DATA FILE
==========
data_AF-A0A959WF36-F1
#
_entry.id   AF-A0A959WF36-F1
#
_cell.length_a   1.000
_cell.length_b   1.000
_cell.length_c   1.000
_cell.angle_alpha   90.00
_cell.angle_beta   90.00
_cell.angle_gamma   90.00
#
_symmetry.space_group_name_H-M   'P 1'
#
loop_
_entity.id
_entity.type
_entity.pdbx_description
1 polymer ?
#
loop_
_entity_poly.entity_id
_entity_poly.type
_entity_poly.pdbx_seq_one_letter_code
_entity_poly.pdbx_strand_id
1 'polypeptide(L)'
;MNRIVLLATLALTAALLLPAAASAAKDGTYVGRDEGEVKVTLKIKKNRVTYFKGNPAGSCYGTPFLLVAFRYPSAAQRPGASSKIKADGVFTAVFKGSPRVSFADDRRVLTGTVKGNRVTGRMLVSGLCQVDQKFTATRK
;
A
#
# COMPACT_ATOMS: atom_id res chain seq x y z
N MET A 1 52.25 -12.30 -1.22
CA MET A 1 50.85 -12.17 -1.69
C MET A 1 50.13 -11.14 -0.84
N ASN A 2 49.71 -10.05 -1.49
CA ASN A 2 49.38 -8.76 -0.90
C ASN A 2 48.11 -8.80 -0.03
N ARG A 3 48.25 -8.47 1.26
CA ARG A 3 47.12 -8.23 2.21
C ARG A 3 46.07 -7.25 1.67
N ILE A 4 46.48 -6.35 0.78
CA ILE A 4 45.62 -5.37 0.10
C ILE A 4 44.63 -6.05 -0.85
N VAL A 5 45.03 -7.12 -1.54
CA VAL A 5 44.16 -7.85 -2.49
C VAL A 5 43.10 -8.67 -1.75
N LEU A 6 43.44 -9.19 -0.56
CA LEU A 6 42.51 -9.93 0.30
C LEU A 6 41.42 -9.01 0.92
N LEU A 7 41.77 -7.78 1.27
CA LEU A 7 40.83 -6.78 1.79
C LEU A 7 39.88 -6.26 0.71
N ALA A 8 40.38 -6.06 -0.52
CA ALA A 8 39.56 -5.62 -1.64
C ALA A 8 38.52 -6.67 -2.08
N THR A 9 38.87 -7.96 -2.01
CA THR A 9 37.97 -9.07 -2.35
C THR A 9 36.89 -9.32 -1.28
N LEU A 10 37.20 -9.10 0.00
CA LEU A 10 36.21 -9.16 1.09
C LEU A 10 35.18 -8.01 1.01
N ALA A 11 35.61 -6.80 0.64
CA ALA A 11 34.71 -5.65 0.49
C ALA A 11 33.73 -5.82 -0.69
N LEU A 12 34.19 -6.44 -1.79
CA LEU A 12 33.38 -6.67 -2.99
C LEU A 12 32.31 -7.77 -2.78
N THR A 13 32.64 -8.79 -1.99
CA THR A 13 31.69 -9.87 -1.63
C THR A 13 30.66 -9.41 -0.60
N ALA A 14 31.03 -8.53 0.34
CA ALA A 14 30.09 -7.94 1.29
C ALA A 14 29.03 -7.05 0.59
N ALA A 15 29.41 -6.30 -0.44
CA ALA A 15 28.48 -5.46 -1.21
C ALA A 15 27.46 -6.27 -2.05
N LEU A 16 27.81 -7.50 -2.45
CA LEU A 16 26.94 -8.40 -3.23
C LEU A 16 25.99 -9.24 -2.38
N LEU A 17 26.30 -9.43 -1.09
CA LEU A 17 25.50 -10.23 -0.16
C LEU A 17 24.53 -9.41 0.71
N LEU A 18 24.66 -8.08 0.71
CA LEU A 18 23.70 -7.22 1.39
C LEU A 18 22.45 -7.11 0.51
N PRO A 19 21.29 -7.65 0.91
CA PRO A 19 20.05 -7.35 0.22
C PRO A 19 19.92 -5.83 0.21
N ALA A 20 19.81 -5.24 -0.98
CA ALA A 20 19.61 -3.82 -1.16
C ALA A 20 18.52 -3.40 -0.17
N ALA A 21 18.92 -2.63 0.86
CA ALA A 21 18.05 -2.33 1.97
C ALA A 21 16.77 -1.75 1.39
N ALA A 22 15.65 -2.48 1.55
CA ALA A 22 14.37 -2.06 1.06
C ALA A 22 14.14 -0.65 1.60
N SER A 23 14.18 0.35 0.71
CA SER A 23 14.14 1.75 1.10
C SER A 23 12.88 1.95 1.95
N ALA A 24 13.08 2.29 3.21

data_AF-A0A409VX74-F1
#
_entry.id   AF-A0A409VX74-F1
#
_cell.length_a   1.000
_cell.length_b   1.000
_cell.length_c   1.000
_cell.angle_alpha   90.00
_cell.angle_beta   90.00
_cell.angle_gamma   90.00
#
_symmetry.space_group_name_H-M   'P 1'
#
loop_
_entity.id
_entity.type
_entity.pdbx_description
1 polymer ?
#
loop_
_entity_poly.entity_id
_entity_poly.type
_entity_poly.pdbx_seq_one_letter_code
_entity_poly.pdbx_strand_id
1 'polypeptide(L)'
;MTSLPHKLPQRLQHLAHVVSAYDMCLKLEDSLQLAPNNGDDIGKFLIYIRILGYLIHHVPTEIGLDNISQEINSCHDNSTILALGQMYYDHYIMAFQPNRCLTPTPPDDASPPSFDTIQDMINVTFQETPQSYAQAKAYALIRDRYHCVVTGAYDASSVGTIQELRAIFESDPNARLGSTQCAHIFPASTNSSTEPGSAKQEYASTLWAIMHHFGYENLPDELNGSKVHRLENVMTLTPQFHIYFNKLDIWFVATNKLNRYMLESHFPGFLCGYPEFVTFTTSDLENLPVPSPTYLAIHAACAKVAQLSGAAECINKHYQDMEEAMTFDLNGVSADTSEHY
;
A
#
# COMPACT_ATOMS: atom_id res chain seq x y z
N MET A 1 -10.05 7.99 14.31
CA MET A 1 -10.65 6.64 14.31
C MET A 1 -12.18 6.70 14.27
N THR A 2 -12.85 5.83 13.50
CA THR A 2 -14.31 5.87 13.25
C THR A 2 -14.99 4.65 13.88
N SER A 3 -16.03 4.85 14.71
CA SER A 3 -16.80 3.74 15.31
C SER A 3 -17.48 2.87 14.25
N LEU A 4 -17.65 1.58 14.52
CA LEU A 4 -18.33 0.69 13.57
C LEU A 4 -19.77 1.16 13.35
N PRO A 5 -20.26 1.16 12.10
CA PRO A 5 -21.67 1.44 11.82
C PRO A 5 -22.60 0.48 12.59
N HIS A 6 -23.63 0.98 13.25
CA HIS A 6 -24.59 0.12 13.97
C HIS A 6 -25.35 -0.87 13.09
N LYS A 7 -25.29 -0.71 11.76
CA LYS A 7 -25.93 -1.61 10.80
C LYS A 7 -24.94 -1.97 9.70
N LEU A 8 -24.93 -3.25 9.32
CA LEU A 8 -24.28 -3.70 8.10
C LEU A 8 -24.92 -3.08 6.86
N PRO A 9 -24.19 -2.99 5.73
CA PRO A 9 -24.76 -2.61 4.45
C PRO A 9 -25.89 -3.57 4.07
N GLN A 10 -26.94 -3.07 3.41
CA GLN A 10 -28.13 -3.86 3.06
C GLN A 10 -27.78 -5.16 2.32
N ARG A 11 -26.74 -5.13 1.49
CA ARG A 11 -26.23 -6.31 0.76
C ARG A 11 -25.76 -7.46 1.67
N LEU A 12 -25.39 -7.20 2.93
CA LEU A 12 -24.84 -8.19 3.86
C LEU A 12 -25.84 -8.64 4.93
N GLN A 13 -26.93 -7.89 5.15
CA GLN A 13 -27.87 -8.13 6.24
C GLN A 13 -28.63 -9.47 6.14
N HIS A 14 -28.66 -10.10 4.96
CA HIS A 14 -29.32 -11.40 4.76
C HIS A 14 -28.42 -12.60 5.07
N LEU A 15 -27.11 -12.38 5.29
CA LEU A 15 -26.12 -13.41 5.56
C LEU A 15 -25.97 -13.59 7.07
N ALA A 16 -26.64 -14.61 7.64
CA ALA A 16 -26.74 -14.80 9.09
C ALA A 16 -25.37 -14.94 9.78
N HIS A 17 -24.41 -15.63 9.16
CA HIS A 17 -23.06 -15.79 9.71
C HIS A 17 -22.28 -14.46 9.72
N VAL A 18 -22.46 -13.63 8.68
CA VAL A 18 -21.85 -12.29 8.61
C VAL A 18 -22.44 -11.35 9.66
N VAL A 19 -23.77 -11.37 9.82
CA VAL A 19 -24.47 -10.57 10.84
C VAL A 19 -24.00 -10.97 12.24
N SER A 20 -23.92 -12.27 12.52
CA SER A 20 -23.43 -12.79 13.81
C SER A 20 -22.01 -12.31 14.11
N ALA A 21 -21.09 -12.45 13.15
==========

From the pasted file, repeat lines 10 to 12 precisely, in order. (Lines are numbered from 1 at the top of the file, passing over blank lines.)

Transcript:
_cell.angle_gamma   90.00
#
_symmetry.space_group_name_H-M   'P 1'